Are we doing enough?

Earlier this season I attended the local Town Hall gathering for The Meeting House. Included with the expected information was the introduction and subsequent conversation about Jesus Collective for which the initial launch and development path is pastor/leader focused.

One of the attendees voiced a concern that for them, an initial launch of pastor/leader focused resources and networking created an “us and them” environment s/he couldn’t support.

Being a “9” (see “The Sacred Enneagram and/or The Enneagram Institue“) it took some time for me to assess why this reaction bothered me ultimately determining the hackle raising aspect being how much the comment echoed today’s self-centred, consumerist mentality.  It unfortunately reflects the culture we currently live in. A “what’s in it for me”, “we should all have access to everything”, “I want that”, “I deserve to have what they’re getting” culture that expects everything from everyone without obligation to give back. 

In considering whether this cry for equal access is valid, these questions come to mind: Are we truly loving our pastors? Are we loving them well? Do we give them all the supports, encouragement and resources they need? 

Given the number of churches folding, of pastors burning out or leaving their ministry in either disarray or disgrace, is there any answer other than “No”?

From the outside, the life of a pastor looks tough, exhausting really – who would pick it voluntarily? The standards to which they are held is higher than the average person or Jesus follower, and if they’re a teaching pastor, scripturally so (see James 3:1). Plus there is an expectation of always present, always perfect, always giving, always loving, always listening, always agreeing and not ever showing weakness, doubt or fatigue. Simply listen to the grumblings after a service or of someone thinking to leave a church or community. Their words are likely to be unfair but represent the pressures, spoken or otherwise, 

Not every community should be painted with the same brush – there are many pastors with strong healthy connections and relationships within their communities and some with amazing supportive relationships with friends/fr-amily beyond their congregation that make their work energizing and fulfilling.

But what about those who don’t? What about those who stand alone, serve alone, struggle alone? In isolated regions or environments? Those for whom the current social pressures could divide their congregation beyond repair? Where reaching out locally isn’t an option because there isn’t a “locally” to reach out too? Or language is a barrier? Or ethnicity? Persecution? Where going against cultural norms is a life threatening choice? Where the parent denomination enforces practices that are counter to the teaching of Jesus?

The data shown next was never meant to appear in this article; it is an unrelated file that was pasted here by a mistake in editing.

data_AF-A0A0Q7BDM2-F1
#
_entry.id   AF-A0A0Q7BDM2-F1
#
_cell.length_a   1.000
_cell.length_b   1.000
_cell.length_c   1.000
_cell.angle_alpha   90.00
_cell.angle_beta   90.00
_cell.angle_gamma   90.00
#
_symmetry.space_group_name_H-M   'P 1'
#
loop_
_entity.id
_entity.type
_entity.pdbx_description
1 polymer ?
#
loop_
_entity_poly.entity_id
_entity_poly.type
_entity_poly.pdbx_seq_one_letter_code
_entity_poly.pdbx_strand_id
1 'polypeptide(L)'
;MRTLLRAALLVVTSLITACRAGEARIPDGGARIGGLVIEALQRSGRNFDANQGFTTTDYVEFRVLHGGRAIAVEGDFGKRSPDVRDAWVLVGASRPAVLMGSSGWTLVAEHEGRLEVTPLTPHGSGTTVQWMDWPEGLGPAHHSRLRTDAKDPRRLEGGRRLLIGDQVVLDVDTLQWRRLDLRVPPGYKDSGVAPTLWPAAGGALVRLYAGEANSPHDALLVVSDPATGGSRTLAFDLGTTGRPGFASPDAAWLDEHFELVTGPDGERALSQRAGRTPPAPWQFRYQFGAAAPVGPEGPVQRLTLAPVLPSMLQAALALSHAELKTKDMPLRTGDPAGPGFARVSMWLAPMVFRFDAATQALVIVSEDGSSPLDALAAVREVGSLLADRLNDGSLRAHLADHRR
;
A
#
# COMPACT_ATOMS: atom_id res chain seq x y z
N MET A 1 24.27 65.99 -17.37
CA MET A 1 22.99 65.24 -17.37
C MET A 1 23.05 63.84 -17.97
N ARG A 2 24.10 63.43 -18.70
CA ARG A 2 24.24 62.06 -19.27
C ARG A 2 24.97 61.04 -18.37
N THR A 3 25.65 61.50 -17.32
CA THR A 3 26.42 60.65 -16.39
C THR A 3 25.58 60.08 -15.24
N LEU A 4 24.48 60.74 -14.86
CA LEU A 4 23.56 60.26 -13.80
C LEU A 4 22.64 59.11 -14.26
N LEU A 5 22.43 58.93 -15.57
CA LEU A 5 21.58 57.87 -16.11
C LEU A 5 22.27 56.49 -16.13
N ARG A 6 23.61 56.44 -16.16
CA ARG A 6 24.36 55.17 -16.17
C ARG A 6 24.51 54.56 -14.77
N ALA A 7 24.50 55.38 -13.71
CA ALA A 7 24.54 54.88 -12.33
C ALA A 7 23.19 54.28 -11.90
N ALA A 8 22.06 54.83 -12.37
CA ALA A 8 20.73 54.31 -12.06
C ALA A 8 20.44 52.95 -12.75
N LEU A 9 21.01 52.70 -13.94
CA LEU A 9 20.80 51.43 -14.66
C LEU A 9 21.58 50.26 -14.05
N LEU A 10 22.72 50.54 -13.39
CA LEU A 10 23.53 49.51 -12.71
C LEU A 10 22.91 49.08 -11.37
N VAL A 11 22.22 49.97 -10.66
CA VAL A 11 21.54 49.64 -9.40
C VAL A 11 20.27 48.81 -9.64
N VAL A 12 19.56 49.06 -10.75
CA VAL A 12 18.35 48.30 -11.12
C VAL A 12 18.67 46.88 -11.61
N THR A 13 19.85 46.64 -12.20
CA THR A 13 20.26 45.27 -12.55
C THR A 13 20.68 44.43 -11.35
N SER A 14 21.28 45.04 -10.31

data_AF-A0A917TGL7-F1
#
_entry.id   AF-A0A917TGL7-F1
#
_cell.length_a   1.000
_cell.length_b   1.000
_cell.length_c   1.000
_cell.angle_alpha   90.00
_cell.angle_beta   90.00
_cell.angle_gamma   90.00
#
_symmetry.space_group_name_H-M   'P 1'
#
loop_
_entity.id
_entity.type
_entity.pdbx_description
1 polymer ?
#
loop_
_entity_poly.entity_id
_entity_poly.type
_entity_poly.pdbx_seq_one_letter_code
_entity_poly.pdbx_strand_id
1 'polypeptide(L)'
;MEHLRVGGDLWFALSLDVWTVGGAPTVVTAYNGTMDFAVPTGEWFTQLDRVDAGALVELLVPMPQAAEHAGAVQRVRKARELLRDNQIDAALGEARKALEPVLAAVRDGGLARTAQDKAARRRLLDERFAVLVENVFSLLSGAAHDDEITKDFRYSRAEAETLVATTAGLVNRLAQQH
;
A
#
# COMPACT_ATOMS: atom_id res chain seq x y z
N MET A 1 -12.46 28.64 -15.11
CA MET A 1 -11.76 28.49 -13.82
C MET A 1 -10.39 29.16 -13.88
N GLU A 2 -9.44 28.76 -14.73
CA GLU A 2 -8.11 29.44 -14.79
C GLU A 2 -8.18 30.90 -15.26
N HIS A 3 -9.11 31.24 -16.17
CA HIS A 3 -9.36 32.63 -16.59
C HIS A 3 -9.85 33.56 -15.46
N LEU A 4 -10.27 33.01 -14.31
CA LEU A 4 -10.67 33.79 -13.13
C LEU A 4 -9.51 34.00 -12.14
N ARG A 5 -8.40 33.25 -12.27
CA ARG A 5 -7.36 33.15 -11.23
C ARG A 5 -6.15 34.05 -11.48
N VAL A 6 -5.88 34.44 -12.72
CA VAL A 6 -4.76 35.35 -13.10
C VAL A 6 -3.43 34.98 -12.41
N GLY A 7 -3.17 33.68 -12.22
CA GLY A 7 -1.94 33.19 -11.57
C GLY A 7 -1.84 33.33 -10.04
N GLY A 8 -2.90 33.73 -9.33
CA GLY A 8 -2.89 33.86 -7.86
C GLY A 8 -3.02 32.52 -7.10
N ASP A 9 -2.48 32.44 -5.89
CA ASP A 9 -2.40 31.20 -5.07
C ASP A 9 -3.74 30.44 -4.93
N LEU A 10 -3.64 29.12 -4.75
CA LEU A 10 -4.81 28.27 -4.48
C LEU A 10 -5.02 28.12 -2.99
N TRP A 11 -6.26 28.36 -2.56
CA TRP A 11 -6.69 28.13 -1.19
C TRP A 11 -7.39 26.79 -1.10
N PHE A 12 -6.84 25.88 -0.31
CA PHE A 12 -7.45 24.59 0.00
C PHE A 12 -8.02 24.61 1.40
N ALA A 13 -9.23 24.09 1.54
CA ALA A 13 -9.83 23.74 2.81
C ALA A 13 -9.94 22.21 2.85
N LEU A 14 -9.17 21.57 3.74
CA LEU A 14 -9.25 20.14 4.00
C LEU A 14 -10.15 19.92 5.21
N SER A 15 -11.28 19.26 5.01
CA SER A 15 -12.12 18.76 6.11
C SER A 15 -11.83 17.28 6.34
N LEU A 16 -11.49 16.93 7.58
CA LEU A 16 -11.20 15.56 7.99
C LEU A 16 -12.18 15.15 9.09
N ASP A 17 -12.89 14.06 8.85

At its heart, this goes beyond a single online resource. It’s about overcoming the “I want that too” sense of entitlement that pervades and choosing to dig in, to lift up the people Jesus has commissioned to be on the front lines. To stand alongside them – financially, prayerfully, emotionally. It is about choosing to sacrifice our indulgent need to have everything and give of ourselves. Just like they do.

Don’t Box Me In

Me when it feels like someone is expecting an older version of me

For just over three years, I had the luxury of working in a local ministry environment. The final year of this journey had me step into a new church environment while my family remained with our home congregation. I would hear rumours of people asking where I was, why wasn’t I present at Church A and so on. Hubby would politely answer that I was doing well, thanks for asking with a gentle reminder that I was serving at Church-Ministry B,

Now that the ministry role has come to a close, I have been attending Church A with Hubby and fam. Some have smiled and said hello. Others share a hug and “it’s nice to see you.”

A few though ask the question.

“Are you coming back to Church A?”
“I see you here a lot now. Does that mean you’re coming back?”

It took some time for me to determine why these particular questions set my hackles up. After all, they were trying to communicate that I had been missed and that they appreciated having me present. What my spirit felt was my new self being pushed into an old box.

The old box of who they thought I was before I went into the mission field. The old box of Robyn fitting in. I can’t say for certain what that Robyn looked like, only that this version is different. This version sees the world differently, is not willing to compromise on who she is to ‘fit in’. This Robyn is more willing to speak up, to speak truth – in love and with gentleness but truth openly instead of hiding in case it make someone not like her. This Robyn has more ink, more attitude and more courage.

And she wants to stay that way.

Some will read all this and say it’s over-reacting. “Just take the welcome and the encouragement.”

How about we change the question. Instead of “are you coming back?” ask “Will you be joining us this summer?” or “Will we see you more? We’ve missed you.” Even better though, a statement then a question: “It is so nice to see you! How was your time in ministry? Did God do amazing things you can share?”

I’ll own it. Over-reaction and all. The word “back” sinks my gut and rips apart my heart. Ask me about my time in ministry. Get to know me as I am now.

Or don’t.

Just don’t box me in.